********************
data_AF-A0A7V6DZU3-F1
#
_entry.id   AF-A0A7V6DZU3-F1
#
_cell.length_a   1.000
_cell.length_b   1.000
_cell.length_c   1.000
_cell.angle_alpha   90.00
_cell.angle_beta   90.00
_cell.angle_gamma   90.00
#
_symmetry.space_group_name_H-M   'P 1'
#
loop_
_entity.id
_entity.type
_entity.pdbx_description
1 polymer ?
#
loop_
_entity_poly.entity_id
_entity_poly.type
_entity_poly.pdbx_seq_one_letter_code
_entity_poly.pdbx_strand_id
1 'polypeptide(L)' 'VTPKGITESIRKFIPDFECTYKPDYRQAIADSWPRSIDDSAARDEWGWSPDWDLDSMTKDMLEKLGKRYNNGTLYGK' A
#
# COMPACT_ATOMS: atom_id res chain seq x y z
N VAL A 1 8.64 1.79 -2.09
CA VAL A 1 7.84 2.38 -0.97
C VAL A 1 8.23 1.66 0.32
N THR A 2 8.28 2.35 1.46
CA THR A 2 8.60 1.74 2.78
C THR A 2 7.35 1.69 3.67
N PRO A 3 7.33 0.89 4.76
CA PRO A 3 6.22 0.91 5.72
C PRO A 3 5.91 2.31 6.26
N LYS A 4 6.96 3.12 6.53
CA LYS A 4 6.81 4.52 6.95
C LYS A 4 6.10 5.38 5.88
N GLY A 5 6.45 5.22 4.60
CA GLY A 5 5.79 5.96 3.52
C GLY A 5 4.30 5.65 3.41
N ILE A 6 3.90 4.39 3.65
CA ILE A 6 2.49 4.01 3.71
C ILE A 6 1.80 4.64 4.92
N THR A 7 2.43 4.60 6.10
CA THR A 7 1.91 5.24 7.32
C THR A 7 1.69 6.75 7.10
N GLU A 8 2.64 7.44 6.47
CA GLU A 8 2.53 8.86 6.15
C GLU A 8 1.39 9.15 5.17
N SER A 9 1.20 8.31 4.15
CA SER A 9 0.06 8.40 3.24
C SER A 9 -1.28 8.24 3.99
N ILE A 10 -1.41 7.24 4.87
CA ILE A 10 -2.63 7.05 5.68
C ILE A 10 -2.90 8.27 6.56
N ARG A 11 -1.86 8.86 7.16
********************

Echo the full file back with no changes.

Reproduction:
data_AF-A0A7V6DZU3-F1
#
_entry.id   AF-A0A7V6DZU3-F1
#
_cell.length_a   1.000
_cell.length_b   1.000
_cell.length_c   1.000
_cell.angle_alpha   90.00
_cell.angle_beta   90.00
_cell.angle_gamma   90.00
#
_symmetry.space_group_name_H-M   'P 1'
#
loop_
_entity.id
_entity.type
_entity.pdbx_description
1 polymer ?
#
loop_
_entity_poly.entity_id
_entity_poly.type
_entity_poly.pdbx_seq_one_letter_code
_entity_poly.pdbx_strand_id
1 'polypeptide(L)' 'VTPKGITESIRKFIPDFECTYKPDYRQAIADSWPRSIDDSAARDEWGWSPDWDLDSMTKDMLEKLGKRYNNGTLYGK' A
#
# COMPACT_ATOMS: atom_id res chain seq x y z
N VAL A 1 8.64 1.79 -2.09
CA VAL A 1 7.84 2.38 -0.97
C VAL A 1 8.23 1.66 0.32
N THR A 2 8.28 2.35 1.46
CA THR A 2 8.60 1.74 2.78
C THR A 2 7.35 1.69 3.67
N PRO A 3 7.33 0.89 4.76
CA PRO A 3 6.22 0.91 5.72
C PRO A 3 5.91 2.31 6.26
N LYS A 4 6.96 3.12 6.53
CA LYS A 4 6.81 4.52 6.95
C LYS A 4 6.10 5.38 5.88
N GLY A 5 6.45 5.22 4.60
CA GLY A 5 5.79 5.96 3.52
C GLY A 5 4.30 5.65 3.41
N ILE A 6 3.90 4.39 3.65
CA ILE A 6 2.49 4.01 3.71
C ILE A 6 1.80 4.64 4.92
N THR A 7 2.43 4.60 6.10
CA THR A 7 1.91 5.24 7.32
C THR A 7 1.69 6.75 7.10
N GLU A 8 2.64 7.44 6.47
CA GLU A 8 2.53 8.86 6.15
C GLU A 8 1.39 9.15 5.17
N SER A 9 1.20 8.31 4.15
CA SER A 9 0.06 8.40 3.24
C SER A 9 -1.28 8.24 3.99
N ILE A 10 -1.41 7.24 4.87
CA ILE A 10 -2.63 7.05 5.68
C ILE A 10 -2.90 8.27 6.56
N ARG A 11 -1.86 8.86 7.16